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Ronnie Katz Gerber
Communications Chair, Hadassah Los Angeles Metro Region

D’Var Hadassah

Fig Trees in Israel - Courtesy: Hadassah
Fig Trees in Israel - Courtesy: Hadassah

This is our Julian and I suppose real New Year. Happy New Year, sisters. I’ve been thinking what might be appropriate for this moment, and a blank slate came into my empty mind. Fresh, new, equity and peace for us and all others. As I looked through the portion for some “drash” (meaning), I discovered one thing resonated: justice, equanimity, self-appraisal, love of a larger force which therefore allows love between/among us.

Forgiveness notwithstanding, how do we deal with and/or punish and weigh penitence — and how do we learn and progress from these aberrations? I know that’s not one simple thing. But this justice umbrella holds the well, the thoughts of righteousness and how we, as Jews, might examine our response to good and evil.

There’s an old tale, The Parable of the Two Watchmen. One blind the other lame. It goes like this:  Once there was a king who had a beautiful orchard with splendid figs. He appointed two watchmen to guard it. One was lame, the other was blind. Do you see where I’m going? One day the lame man said to the blind man, “I see beautiful abundant figs. Come, I will ride on your shoulders, and we can take and eat them.”  So, the lame man came to ride on the blind man’s shoulders-and they took the fruits and ate them.

Sometime later, the owner of the orchard came and inquired of them. “Where are those beautiful figs?” The lame man replied, “Have I feet to walk with?” The blind man replied, “Have I eyes to see with?”

What did the king do—what would we – you and I – do? Well, the king placed the lame man on the shoulders of the bind man and judged them as one. Justice?

Conspiracy? Equality before the law? This is how we might view the New Year which offers turbulence.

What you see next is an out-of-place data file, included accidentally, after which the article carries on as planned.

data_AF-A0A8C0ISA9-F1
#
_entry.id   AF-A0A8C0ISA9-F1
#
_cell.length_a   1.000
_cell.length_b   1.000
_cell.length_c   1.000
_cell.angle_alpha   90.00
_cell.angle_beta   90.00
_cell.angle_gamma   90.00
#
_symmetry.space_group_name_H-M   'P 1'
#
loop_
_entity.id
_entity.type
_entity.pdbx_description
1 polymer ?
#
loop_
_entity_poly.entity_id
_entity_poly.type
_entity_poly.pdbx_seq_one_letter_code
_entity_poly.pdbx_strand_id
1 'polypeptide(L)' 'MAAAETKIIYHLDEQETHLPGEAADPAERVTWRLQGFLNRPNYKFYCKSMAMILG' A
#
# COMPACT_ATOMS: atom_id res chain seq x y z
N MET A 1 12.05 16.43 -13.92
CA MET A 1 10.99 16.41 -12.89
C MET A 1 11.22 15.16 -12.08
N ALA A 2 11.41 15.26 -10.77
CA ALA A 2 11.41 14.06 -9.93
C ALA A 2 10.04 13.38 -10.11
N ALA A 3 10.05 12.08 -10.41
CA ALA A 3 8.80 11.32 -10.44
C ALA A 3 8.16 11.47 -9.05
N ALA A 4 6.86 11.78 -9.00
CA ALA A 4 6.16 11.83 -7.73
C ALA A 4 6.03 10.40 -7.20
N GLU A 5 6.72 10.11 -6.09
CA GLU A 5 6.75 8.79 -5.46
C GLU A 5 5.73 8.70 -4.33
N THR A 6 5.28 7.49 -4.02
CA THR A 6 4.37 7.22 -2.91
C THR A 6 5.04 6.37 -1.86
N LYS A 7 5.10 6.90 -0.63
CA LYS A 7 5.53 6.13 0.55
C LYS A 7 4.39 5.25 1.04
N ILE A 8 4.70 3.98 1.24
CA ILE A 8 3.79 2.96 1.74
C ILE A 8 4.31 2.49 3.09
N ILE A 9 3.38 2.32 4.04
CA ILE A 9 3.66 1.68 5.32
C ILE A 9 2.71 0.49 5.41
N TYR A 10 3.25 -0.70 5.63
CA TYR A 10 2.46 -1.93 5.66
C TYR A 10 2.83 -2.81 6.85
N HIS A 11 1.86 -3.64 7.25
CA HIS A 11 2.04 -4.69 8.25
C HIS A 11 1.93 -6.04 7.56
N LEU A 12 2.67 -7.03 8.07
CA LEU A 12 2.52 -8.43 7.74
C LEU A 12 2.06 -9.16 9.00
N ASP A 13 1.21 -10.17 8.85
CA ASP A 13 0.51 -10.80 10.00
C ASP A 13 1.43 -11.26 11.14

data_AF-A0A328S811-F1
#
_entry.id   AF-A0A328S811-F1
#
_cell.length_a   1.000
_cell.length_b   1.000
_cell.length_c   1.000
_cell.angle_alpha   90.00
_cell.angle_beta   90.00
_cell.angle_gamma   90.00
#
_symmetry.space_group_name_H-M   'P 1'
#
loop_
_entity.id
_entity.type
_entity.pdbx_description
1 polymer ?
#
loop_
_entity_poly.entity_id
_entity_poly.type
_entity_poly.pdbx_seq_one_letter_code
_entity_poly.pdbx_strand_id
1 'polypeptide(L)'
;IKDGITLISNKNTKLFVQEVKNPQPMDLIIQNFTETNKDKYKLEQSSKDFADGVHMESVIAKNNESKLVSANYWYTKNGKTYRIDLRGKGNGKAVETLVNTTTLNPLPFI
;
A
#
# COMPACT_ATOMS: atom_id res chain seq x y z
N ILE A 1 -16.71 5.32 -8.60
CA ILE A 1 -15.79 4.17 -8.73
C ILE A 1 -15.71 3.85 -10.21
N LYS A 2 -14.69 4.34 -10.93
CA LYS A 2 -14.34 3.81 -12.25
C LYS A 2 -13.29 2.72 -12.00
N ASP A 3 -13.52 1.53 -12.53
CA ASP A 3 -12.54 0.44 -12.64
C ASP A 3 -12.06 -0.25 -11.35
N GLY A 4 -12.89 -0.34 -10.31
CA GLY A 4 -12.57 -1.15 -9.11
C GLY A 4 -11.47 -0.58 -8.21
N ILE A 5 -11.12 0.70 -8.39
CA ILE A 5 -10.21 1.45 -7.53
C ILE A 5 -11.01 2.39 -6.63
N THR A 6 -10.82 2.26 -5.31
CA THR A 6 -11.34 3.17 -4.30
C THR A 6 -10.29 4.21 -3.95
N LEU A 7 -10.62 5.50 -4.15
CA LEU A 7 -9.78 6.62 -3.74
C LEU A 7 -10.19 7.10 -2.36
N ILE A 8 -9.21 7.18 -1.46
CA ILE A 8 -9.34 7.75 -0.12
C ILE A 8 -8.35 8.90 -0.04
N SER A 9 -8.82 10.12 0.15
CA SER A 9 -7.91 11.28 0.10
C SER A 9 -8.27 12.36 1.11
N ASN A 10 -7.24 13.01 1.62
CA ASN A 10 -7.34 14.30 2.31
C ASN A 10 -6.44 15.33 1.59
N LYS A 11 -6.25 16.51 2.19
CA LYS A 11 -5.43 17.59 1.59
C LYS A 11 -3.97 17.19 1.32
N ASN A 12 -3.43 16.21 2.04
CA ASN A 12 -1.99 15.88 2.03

It’s not where the pandemic started or how. It’s how do we address it. It’s not a lack of bipartisanship in our government but how do we progress, not blame. It’s not who stole the cookies from the cookie jar, but how do we stop criminal misbehavior and replace our cookies on a new and equal platform. And it begins with us. And acknowledging a thing called justice not revenge.

I have many questions to pose, and the New Year allows for new strategies—I hope we come up with a few successful ones and have a brighter tomorrow.

About the Author
Ronnie Katz Gerber is currently Communications Chair for the Hadassah Metro Los Angeles Region. A retired English and drama teacher for one of the largest school districts in California, she has written, directed and produced a handful of curriculum-based plays for her students and received a Los Angeles Awards nomination for her educational outreach through the arts. She has now turned her attention to columns, articles and short stories. Ms. Gerber is active in the community doing volunteer work and also spends her time pursuing her avid interest in travel. She has visited most of Europe, Russia and Africa, China and a bit of South America as well. Most springs, she hosts foreign exchange students for a month while they take an American culture and language crash course at a local university. As a result, she has spent time with them and their families abroad. Her family, especially her grand girls are the best activity of any day.
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